Moral courage is a rare commodity, rarer still today. Those who stand up—frequently alone—to shine a light on corruption, deceit, and discrimination at the risk of their reputations and livelihoods are worthy of admiration.
Republican representatives Liz Cheney and Adam Kinzinger, singer-songwriters Joni Mitchell and Neil Young, football coach Brian Flores—all have gone it alone in standing against reprehensible behavior, disinformation, and injustice. They’re the highest-profile whistleblowers today to step forward to demonstrate the character and courage necessary to live better lives, to show us all why integrity matters. And others, lesser-known do the same.
Today, with truth and trust facing their greatest threat, it’s clear the country is facing an existential crisis.
“We could always count on enough of us trusting enough of us to collaborate to do big hard things together,” columnist Thomas Friedman writes. “And we could always count on enough of us embracing the same truth to collectively navigate our way out of any crisis.
“Both are now vanishing before our eyes.”
And yet, in the midst of chaos and defiance . . . there is a faith that never dies.
Mitchell and Young have removed their songs from Spotify for allowing star pod-caster Joe Rogan to maliciously spread misinformation about Covid-19 on the music platform.
Brian Flores, former Miami Dolphins coach is suing the National Football League over racial discrimination, a pattern of intolerance that has gone on far too long.
Cheney and Kinzinger are the only Republicans to forcefully speak out against the abuses of a former president even while the rest of their party knows the truth but shamelessly remain silent.
What action can each of us take against the assault on truth and trust?
Email lawmakers who continue to remain silent. (They can be found on each member’s website): “Stop being fearful, stand with Cheney and Kinzinger and speak the truth about the threats Donald Trump poses to American democracy.”
What messages can we send to Spotify and the NFL?
Email Spotify co-founder and CEO Daniel Ek (email@example.com): “As a Spotify consumer, I am shocked that you continue to sponsor a pod-cast host like Joe Rogan who spreads disinformation about Covid-19. I am boycotting your platform and alert friends who listen to do likewise.”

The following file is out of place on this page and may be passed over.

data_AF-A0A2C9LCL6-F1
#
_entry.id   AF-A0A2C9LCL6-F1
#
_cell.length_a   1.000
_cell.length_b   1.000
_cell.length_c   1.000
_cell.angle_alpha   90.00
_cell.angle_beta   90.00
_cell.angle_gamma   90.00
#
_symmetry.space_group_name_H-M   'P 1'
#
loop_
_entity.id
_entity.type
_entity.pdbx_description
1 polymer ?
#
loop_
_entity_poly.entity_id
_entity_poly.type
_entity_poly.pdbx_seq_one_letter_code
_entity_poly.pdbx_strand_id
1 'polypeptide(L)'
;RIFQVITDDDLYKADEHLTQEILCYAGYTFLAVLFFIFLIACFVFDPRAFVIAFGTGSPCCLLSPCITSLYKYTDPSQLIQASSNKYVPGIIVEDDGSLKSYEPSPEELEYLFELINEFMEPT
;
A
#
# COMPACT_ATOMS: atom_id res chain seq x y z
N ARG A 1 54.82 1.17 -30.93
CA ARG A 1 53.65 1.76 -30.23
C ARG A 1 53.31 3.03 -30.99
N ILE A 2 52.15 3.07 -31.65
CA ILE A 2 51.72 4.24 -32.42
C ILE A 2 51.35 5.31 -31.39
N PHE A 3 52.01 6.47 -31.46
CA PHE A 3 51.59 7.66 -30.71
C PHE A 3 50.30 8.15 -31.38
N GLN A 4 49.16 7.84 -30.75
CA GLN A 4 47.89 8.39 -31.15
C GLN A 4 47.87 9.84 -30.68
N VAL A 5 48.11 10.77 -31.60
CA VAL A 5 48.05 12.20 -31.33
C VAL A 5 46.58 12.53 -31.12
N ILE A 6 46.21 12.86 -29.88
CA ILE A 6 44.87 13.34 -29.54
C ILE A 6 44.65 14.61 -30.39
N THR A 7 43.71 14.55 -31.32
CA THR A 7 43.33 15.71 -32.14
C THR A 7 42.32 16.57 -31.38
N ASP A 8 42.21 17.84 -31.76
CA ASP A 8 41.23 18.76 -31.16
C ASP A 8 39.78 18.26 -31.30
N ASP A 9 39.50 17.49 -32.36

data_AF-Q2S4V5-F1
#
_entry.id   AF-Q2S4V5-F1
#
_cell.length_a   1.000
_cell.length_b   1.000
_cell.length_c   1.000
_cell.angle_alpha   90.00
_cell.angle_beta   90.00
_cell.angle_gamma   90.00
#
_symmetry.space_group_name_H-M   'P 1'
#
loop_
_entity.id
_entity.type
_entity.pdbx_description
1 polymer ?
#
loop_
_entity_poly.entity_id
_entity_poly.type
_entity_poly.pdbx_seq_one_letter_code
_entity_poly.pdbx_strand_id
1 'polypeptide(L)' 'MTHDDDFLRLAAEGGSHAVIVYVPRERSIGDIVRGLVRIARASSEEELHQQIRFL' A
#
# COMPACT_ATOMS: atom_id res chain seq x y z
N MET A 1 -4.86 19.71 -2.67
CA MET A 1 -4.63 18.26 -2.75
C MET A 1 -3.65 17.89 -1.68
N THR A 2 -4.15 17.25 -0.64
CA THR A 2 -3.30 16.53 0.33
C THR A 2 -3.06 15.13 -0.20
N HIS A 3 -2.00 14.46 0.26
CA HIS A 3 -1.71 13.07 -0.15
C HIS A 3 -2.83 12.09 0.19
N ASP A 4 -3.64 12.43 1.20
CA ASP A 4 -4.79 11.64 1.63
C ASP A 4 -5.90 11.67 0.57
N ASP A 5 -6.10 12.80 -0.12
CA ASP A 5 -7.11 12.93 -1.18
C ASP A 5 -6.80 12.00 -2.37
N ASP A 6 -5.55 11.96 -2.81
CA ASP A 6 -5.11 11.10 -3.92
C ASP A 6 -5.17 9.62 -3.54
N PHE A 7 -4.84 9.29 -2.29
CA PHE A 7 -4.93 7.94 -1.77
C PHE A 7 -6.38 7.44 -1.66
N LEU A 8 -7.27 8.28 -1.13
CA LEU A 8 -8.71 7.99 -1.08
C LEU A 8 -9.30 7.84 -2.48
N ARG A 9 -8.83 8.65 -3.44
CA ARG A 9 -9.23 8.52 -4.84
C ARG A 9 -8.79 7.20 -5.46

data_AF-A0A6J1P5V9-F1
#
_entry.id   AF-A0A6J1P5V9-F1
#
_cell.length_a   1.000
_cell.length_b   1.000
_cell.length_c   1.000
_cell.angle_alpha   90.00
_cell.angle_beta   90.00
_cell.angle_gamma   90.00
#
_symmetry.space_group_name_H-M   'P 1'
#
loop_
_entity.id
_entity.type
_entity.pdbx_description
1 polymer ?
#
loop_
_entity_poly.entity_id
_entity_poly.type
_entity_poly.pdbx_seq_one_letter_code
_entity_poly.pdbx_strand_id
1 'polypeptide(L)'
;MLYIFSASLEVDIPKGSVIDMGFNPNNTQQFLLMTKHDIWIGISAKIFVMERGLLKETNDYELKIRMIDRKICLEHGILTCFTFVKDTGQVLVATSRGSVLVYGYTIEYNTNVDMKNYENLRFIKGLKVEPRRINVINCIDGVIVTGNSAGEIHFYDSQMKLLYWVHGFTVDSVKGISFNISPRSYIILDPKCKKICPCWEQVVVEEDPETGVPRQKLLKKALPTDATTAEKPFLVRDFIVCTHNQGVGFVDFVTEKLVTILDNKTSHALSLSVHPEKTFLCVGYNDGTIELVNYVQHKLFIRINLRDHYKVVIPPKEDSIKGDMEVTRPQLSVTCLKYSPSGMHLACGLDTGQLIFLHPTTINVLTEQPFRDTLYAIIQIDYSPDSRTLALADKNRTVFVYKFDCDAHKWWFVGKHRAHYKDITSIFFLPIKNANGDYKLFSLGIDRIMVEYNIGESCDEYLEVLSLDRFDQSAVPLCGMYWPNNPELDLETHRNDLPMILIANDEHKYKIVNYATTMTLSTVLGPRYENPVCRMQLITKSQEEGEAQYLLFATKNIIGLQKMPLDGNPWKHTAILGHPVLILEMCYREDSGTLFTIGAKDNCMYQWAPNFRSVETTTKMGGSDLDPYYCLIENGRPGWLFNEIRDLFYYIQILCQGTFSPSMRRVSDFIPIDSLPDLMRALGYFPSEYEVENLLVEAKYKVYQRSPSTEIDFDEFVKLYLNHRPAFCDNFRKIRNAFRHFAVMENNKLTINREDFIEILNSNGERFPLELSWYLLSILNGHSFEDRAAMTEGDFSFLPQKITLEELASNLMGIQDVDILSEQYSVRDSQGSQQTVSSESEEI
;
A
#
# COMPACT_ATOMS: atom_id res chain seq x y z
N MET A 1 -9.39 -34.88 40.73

Email NFL commissioner Roger Goodell (firstname.lastname@example.org): “As a football fan, I’m asking that you appoint a blue-ribbon panel of players, players representatives, coaches and organizations who fight racial injustice to investigate racism in football, report the panel’s findings and tell us how you will address the issue.”
What message can we offer to those we know who support a man who continues to manipulate and lie?
Stop believing that other Americans are your enemy. They’re not.
Stop believing that the government is part of a grand conspiracy to deprive you of your identity. It’s not. They’re people like you who strive to make things work better for you and everyone else regardless of politics. They work for justice, fairness, and equality, among other things.
Don’t buy into the fear from personalities who pretend they’re telling you the truth but are selling disinformation to unsettle you. Don’t buy products from those who sponsor them.
What can each of us do to begin to repair the distrust that continues to eat away at the country’s moral values?
Don’t give in to fear, bigotry, and hate.
Be respectful. Be honest. Be compassionate of others.
You can do this. We can all do this.
Amid all the madness of angry tweets, His Holiness, the Dalai Lama tweeted:
“We live in hope, hope that something good will happen. As human beings we must be realistic and use our intelligence to look at things from different angles in order to see a more complete picture, but it is more constructive to remain hopeful than to become pessimistic.”
Character is not just a word that preachers and teachers use to uplift those who listen. It’s about taking action to do the right thing for the right reasons even though you may be criticized for it.
Before he died, FDR was preparing an address to deliver about where the country needs to be at the end of World War II. These were the final words of that speech:
“The only limit to our realization of tomorrow will be our doubts of today. Let us move forward with strong and active faith.”
That’s who we were. That’s who we can be again.